Sunday, August 14, 2016

The Bee Is Not Afraid of Me

The bee is not afraid of me by Emily Dickinson 

The bee is not afraid of me,
I know the butterfly;
The pretty people in the woods
Receive me cordially.
The brooks laugh louder when I come,
The breezes madder play.
Wherefore, mine eyes, thy silver mists?
Wherefore, O summer’s day?

“The bee is not afraid of me” by Emily Dickinson. Public Domain

Tuesday, July 19, 2016

Cinderella's Diary

Cinderella’s Diary by Ron Koertge 

 I miss my stepmother. What a thing to say,
but it’s true. The prince is so boring: four
hours to dress and then the cheering throngs.
Again. The page who holds the door is cute
enough to eat. Where is he once Mr. Charming
kisses my forehead goodnight?
Every morning I gaze out a casement window
at the hunters, dark men with blood on their
boots who joke and mount, their black trousers
straining, rough beards, calloused hands, selfish,
abrupt…
Oh, dear diary—I am lost in ever after:
those insufferable birds, someone in every
room with a lute, the queen calling me to look
at another painting of her son, this time
holding the transparent slipper I wish
I’d never seen.

“Cinderella’s Diary” by Ron Koertge from Vampire Planet. © Red Hen Press, 2016

Sunday, July 17, 2016

Talking About The Day

Each night after reading three books to my two children—
we each picked one—to unwind them into dreamland,
I’d turn off the light and sit between their beds
in the wide junk shop rocker I’d reupholstered blue,
still feeling the close-reading warmth of their bodies beside me,
and ask them to talk about the day—we did this,
we did that, sometimes leading somewhere, sometimes
not, but always ending up at the happy ending of now.
Now, in still darkness, listening to their breath slow and ease
into sleep’s regular rhythm.
                                                    They are grown, you might've guessed.
The past tense solid, unyielding, against the dropped bombs
of recent years. But how it calmed us then, rewinding
the gentle loop, and in the trusting darkness, pressing play.

"Talking About the Day" by Jim Daniels from Apology to the Moon. © Bat Cat Press, 2015. Reprinted with permission.

Tuesday, July 5, 2016

She Gives Me the Watch off Her Arm

She Gives Me the Watch off Her Arm by Marjorie Saiser

my mother wants me to
go to college
the closest she has ever been
is this
the dorm
her father had needed her
to dig the potatoes
and load them into burlap bags
but here she is
leaving her daughter
on the campus in the city time to go
we are at the desk
the clerk is wide-
eyed when my mother
asks her if she will
take an out-of-town check
if the need arises
if something comes up
so my girl will have money
even I know
this isn’t going to happen
this check-cashing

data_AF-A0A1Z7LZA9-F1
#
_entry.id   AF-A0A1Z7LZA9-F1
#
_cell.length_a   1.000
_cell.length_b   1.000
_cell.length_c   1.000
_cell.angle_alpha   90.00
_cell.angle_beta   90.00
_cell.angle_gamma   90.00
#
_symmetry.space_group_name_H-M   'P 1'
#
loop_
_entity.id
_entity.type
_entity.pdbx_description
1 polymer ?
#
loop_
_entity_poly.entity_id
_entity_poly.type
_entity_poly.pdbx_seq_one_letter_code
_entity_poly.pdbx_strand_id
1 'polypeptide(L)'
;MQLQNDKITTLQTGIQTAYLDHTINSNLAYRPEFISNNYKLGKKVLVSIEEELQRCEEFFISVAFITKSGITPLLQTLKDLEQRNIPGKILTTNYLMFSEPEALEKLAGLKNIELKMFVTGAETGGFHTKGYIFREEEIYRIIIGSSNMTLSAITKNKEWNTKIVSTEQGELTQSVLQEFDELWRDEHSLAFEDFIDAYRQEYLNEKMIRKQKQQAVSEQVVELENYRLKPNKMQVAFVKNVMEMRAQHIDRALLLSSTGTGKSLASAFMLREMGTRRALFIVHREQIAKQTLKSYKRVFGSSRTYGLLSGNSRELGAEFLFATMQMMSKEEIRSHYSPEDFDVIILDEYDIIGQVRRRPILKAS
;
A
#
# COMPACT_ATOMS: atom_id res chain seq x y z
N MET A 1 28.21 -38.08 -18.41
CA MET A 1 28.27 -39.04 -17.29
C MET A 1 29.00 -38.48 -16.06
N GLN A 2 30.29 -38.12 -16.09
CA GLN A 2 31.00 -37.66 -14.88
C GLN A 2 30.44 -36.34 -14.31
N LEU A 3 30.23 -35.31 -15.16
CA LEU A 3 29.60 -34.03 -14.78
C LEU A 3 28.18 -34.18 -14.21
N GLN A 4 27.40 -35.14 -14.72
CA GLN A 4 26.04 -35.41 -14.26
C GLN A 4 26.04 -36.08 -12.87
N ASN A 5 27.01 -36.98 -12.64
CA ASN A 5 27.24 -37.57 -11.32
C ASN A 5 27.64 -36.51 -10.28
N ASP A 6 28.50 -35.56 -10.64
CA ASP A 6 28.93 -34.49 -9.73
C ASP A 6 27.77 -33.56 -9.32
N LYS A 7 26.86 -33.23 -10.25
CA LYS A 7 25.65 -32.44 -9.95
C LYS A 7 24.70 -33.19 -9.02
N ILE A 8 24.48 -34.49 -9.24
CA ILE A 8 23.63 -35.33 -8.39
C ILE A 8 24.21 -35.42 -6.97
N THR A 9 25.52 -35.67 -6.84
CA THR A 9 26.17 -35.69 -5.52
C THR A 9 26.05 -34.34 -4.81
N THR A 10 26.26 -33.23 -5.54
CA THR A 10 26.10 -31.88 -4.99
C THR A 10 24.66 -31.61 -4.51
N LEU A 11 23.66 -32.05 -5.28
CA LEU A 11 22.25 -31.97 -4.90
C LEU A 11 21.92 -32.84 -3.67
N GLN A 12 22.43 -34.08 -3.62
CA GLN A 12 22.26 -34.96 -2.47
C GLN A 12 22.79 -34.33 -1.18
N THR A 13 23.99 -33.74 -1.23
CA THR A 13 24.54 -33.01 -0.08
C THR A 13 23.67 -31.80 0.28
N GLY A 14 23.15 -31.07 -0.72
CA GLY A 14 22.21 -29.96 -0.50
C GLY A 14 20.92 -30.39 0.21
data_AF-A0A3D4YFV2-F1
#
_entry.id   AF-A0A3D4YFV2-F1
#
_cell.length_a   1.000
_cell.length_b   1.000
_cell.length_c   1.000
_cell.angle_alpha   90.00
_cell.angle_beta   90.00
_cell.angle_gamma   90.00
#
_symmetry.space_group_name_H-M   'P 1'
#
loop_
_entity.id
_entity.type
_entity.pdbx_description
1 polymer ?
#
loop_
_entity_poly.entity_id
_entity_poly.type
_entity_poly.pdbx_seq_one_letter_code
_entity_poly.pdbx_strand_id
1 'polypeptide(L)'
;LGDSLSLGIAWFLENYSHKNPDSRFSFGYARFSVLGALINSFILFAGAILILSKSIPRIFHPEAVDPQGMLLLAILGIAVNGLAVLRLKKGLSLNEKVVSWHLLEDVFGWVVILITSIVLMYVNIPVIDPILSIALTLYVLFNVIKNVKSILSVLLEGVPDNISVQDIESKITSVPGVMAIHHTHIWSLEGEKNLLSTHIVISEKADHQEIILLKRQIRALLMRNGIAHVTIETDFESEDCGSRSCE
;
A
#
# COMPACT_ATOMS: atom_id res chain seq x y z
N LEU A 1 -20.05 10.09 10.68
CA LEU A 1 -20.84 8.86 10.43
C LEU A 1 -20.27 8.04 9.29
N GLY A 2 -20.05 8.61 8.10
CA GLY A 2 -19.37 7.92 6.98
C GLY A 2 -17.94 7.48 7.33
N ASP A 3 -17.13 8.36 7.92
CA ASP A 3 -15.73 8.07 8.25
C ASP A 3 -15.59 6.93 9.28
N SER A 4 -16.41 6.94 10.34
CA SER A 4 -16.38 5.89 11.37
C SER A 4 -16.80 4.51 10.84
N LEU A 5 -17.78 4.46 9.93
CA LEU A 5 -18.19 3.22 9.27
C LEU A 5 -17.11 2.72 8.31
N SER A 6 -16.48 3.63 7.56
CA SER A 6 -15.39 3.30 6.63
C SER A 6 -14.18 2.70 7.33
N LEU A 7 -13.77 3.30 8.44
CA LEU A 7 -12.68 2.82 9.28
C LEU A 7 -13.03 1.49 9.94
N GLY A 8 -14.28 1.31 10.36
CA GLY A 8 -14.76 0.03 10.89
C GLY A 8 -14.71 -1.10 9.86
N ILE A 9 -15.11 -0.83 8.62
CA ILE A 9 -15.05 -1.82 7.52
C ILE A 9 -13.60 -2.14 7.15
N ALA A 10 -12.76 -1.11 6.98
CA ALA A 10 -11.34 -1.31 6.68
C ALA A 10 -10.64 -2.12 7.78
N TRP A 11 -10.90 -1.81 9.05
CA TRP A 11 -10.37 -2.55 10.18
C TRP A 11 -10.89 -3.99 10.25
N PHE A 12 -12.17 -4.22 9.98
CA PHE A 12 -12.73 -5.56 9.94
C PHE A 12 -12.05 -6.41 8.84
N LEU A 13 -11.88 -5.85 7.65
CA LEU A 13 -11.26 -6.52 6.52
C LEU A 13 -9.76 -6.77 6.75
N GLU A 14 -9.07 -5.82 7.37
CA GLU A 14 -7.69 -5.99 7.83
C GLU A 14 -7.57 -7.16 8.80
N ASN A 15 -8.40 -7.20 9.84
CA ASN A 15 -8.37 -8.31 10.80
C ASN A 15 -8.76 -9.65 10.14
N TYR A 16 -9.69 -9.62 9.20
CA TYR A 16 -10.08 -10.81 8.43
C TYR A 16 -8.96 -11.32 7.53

a clerk helping me with money
but miracle of miracles
the clerk says nothing
and I say nothing
and my mother feels better
we go to the parking lot
old glasses thick graying hair
she is wearing a man’s shirt
has to get back to the job
we stand beside her Ford and it is
here she undoes the buckle of the watch
and holds it out to me
my father’s watch
keeping good time for him
and then for her
she says she knows I will
need a watch to get to class
we hug and she gets in
starts the car
eases into traffic
no wave
the metal of the back of the watch
is smooth to my thumb
and it keeps for a moment
a warmth from her skin.

“She Gives Me the Watch off Her Arm” by Marjorie Saiser from I Have Nothing To Say About Fire.

Sunday, June 26, 2016

For My Young Friends Who Are Afraid

For My Young Friends Who Are Afraid - by William Stafford

There is a country to cross you will
find in the corner of your eye, in
the quick slip of your foot—air far
down, a snap that might have caught.
And maybe for you, for me, a high, passing
voice that finds its way by being
afraid. That country is there, for us,
carried as it is crossed. What you fear
will not go away: it will take you into
yourself and bless you and keep you.
That’s the world, and we all live there.

Friday, June 17, 2016

Hug

Hug by Ron Padgett 

The older I get, the more I like hugging. When I was little the
people hugging me were much larger. In their grasp I was a rag
doll. In adolescence, my body was too tense to relax for a hug.
Later, after the loss of virginity—which was anything but a
loss—the extreme proximity of the other person, the smell of
hair, the warmth of the skin, the sound of breathing in the
dark—these were mysterious and delectable. This hug had
two primary components: the anticipation of sex and the plea-
sure of intimacy, which itself is a combination of trust and
affection. It was this latter combination that came to character-
ize the hugging I have experienced only in recent years, a hug-
ging that knows no distinctions of gender or age. When this
kind of hug is mutual, for a moment the world is perfect the
way it is, and the tears we shed for it are perfect too. I guess it
is an embrace.

“Hug” by Ron Padgett from Collected Poems. © Coffee House Press, 2013.

Saturday, June 4, 2016

As Kingfishers Catch Fire

As Kingfishers Catch Fire by Gerard Manley Hopkins
 
As kingfishers catch fire, dragonflies draw flame;
       As tumbled over rim in roundy wells
       Stones ring; like each tucked string tells, each hung bell’s
Bow swung finds tongue to fling out broad its name;
Each mortal thing does one thing and the same:
       Deals out that being indoors each one dwells;
       Selves—goes itself; myself it speaks and spells,
Crying What I do is me: for that I came.
I say more: the just man justices;
       Keeps grace: that keeps all his goings graces;
Acts in God’s eye what in God’s eye he is—
       Christ. For Christ plays in ten thousand places,
Lovely in limbs, and lovely in eyes not his
       To the Father through the features of men’s faces.

“As Kingfishers Catch Fire” by Gerard Manley Hopkins. Public Domain.